Hitting a Brick Wall

There are days when I feel as if I will never understand the Japanese language – and today is one of them. I think I’m tired. I’m struggling with counting systems and numbers. The Japanese have many ways to count objects and the way that you count books is different from the way you count months, or people, or small round things. The word for a number can also change depending on the context. I’ve been trying to learn these but when my teacher starting talking about the system for counting cars I wanted to just bang my head off the table.

Coming from Europe Japanese is hard to learn. I was in Holland recently and was shocked at how well I can follow a Dutch conversation. But it’s not that surprisingly really. I’ve been hearing Dutch sounds for 17 years, I studied related European languages, I did take a Dutch course at some point and living in Japan is teaching me to listen very carefully when people speak. Unfortunately, Japanese is not related to any language I’m used to listening to. The only way for me to guess the meaning of something is to use context. I find it easier when reading as I can take my time looking over the whole sentence and piece together a meaning. But there are lots of times when people speak that I don’t understand a single word. That happened yesterday when a sales assistant approached me in Gap. I really don’t know what he said or even what language he said it in. It didn’t sound like either English or Japanese. We ended up standing smiling at each other until he backed away from me with an embarrassed look on his face.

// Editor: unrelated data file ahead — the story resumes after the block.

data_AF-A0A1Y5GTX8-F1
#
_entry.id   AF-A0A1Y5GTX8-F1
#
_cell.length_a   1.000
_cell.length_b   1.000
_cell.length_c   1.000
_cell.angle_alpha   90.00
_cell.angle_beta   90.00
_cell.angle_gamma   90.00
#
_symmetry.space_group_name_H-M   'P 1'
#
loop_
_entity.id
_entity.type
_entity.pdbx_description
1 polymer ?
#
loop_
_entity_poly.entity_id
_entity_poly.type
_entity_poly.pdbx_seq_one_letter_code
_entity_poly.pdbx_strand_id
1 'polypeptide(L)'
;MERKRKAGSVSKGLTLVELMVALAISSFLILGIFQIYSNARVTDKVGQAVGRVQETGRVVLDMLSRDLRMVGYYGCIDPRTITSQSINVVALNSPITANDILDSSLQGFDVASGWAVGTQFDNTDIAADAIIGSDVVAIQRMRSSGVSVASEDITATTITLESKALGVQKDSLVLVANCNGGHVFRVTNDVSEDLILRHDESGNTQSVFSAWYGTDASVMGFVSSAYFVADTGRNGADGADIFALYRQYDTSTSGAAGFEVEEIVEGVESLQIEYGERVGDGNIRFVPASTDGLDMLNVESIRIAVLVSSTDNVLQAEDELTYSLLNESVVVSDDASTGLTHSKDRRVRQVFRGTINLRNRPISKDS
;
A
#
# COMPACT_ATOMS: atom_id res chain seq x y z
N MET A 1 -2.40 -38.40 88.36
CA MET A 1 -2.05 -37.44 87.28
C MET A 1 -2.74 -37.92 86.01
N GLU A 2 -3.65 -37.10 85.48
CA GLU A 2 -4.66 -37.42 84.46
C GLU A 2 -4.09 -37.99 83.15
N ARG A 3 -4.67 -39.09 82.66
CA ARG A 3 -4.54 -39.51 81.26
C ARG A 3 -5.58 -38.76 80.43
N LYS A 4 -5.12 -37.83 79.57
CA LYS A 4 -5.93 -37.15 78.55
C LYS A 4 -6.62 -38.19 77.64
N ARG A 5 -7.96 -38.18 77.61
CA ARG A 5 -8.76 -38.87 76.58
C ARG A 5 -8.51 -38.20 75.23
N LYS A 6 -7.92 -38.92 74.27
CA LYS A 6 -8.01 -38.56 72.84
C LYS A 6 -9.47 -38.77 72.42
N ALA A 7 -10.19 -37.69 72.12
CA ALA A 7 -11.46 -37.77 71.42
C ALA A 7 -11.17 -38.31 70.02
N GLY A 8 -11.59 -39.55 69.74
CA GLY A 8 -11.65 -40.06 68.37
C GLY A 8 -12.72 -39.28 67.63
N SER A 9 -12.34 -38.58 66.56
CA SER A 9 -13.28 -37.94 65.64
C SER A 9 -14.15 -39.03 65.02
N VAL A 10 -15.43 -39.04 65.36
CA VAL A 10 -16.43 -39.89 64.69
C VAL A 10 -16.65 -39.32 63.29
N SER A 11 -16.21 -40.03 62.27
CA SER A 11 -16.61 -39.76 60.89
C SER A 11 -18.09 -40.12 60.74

Not being able to speak Japanese can make simple tasks daunting and difficult tasks become the stuff of nightmares. I received a letter from the health service telling me that I should arrange a visit to my local clinic for a smear test. Well, there is a situation full of words that I don’t know or even know how to begin asking someone to explain.

I did learn today that I was born in the 47th year of the Showa Era and that this was the year of the rat. I’m supposed to be charming, honest, ambitious, and have a tremendous capacity for pursing a course to its end. Let’s hope that’s true or I will never master this language.

One Response to “Hitting a Brick Wall”

  1. Endrew Says:

    Year of the rat! That’s fabulous.

    Karen Pauley Superstar. Eeeh … Morning ratfans!

Virtual Teams and Conflict Resolution

Everyone knows that when you bring a group of people together to work on a project that there will be conflict. In the workplace how this conflict is resolved will have an impact on the success of any team. Small group theory shows that there are five main ways that teams deal with conflict: avoidance; accommodation; competition; collaboration; and compromise.